As excerpted in this week’s Sports Illustrated, former Los Angeles California Angels Of Anaheim California farmhand Matt McCarthy’s book “Odd Man Out” benefits from the acuity of its Yale-educated author in at least equal measure to the work of its unattributed editor. Of most interest in the teaser is McCarthy’s take on a younger, brasher, more contemptuous Bobby Jenks, then still seasons away from being picked up on waivers for $20,000 and going on to throw the final out for the White Sox in Chicago’s first World Series championship in 87 years.

The heavy closer’s heavy reputation for boozing and bridling under managerial authorty had built early in his days at Mesa – but when it came to sauce, it appears Bobby’s taste didn’t run to juice.  At the height of the steroid era, Angels fastballer Derrick Turnbow, who a year and a half later would become the first MLB player publicly identified as having tested positive for the banned steroid 19-norandrosterone, overheard Jenks grousing to McCarthy in 2001:

œWhat are you reading about? I asked.

œMe, he said flatly. œEverybody™s got something to f”“g say about Bobby Jenks. One day I™m an alcoholic; the next day I™m the second coming of Christ. I laughed awkwardly, trying to think of how I would describe him. œI™m a damn bargain is what I am, he continued as he rolled onto his stomach. œHundred-and-seventy-five-thousand dollars for a guy with my s“t?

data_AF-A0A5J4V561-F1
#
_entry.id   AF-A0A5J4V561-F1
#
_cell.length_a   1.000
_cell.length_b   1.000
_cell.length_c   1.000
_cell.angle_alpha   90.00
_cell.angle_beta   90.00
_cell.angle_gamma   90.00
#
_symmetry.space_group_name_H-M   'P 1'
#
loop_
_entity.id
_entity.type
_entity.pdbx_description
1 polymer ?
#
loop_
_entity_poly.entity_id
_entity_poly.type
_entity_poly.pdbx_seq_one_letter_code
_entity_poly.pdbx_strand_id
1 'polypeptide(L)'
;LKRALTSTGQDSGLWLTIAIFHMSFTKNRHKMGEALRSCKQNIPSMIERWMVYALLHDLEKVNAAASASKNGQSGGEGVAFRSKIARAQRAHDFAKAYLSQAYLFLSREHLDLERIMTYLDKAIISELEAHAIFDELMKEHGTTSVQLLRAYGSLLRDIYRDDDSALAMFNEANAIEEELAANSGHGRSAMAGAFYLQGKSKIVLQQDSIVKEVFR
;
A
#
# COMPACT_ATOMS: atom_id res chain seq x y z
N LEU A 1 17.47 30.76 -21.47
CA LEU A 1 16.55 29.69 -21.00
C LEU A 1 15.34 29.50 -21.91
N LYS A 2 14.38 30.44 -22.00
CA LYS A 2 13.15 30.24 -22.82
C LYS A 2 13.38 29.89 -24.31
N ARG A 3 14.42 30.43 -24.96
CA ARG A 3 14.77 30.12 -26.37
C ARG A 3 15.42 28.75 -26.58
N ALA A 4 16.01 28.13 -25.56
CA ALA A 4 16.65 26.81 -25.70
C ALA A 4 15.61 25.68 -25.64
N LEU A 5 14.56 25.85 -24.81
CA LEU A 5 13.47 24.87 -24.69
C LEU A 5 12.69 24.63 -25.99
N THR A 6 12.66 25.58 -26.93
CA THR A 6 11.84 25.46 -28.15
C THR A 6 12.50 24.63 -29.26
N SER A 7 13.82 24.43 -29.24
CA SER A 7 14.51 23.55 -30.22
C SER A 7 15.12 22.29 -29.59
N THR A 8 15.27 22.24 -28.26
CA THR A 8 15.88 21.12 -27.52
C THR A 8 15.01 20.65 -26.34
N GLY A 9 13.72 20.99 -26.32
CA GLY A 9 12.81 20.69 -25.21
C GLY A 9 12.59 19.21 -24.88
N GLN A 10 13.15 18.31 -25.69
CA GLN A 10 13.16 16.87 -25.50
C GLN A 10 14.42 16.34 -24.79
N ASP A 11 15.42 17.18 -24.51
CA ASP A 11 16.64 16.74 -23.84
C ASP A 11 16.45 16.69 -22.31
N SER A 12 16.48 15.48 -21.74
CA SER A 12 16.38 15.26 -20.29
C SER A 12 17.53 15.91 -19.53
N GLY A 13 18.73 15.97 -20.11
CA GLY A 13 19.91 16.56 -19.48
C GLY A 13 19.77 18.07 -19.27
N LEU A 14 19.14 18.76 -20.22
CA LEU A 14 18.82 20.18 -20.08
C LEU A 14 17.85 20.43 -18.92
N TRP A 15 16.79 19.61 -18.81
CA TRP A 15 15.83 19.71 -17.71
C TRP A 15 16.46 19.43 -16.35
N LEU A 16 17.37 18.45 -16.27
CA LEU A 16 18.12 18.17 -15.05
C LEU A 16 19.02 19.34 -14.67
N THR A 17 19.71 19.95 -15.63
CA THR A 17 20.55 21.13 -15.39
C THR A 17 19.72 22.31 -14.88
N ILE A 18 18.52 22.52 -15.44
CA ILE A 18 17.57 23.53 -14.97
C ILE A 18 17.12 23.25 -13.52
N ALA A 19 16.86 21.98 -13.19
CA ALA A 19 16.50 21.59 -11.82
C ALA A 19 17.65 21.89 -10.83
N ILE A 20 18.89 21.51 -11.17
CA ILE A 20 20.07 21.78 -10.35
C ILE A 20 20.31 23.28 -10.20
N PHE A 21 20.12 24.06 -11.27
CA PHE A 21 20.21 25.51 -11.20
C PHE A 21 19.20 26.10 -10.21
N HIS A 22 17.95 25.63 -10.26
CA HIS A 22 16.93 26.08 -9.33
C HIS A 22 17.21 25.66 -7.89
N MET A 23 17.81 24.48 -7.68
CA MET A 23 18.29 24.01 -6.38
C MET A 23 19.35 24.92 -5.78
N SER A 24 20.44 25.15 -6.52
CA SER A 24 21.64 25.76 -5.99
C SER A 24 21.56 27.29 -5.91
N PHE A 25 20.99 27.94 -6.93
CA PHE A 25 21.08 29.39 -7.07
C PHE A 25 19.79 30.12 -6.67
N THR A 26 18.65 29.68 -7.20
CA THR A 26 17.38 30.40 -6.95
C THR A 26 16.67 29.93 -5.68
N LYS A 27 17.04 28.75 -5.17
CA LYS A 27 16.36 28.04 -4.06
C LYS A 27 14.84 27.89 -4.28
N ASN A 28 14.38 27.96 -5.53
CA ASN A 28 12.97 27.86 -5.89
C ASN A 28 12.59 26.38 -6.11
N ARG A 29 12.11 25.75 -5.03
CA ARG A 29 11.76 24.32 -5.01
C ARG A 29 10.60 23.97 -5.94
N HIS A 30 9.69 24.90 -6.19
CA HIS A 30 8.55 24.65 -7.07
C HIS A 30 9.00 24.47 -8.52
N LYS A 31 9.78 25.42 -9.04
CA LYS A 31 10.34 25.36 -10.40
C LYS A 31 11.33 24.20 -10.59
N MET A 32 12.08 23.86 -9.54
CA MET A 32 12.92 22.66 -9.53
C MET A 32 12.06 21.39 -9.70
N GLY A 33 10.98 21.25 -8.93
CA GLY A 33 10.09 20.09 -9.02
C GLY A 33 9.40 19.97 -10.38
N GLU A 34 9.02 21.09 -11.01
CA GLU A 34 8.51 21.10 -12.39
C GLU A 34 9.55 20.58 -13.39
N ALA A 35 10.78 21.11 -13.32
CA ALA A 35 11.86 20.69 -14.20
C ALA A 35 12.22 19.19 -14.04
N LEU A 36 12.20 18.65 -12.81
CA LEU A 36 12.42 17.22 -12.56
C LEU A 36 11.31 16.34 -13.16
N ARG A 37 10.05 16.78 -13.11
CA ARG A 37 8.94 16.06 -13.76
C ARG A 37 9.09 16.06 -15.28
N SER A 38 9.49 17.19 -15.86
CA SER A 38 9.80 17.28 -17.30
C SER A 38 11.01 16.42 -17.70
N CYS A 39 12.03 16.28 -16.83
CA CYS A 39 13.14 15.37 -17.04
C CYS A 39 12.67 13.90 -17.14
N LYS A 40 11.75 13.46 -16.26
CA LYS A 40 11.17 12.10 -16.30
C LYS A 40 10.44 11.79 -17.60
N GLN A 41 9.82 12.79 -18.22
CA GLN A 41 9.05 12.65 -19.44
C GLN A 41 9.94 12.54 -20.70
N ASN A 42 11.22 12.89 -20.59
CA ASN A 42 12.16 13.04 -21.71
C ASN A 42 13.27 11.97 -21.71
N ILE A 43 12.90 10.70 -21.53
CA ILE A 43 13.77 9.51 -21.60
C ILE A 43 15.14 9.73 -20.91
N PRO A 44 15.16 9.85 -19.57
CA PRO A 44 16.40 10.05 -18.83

œAnd what do they do? They send me to this hellhole with guys who don™t belong in pro ball. It wasn™t a stretch to imagine he was talking about guys like me.

œHow many guys can throw a hundred miles an hour? he asked me as he tossed the magazine on the floor.

œProbably a dozen, I offered.

œHow many guys on this planet can throw a ball a hundred miles an hour? he said in a much louder voice as he sat up.

œI can think of one, said a large man with shoulder-length brown hair as he sauntered into the room and calmly submerged himself in a vat of ice. It was Angels reliever Derrick Turnbow, in Mesa on a rehab assignment. A year earlier he had suffered a displaced fracture of the ulna while throwing one of his 100-mph fastballs.

œNow, I can™t say that I™ve ever seen you hit triple digits, Bobby said playfully.

œGo to hell, Jenks, Turnbow said¦Talk to me when you™ve pitched a game in the big leagues.

For the next 15 minutes, we sat in silence, until Turnbow finished his ice bath and left the room.   “They always said [Turnbow] was an a——,” Bobby muttered.  “Did you see his arms?  He’s so roided out, it’s ridiculous.”

“I’ve seen all those supplements in his locker,” I said.

“That’s just for show,” Bobby said.  “He’s juicing.”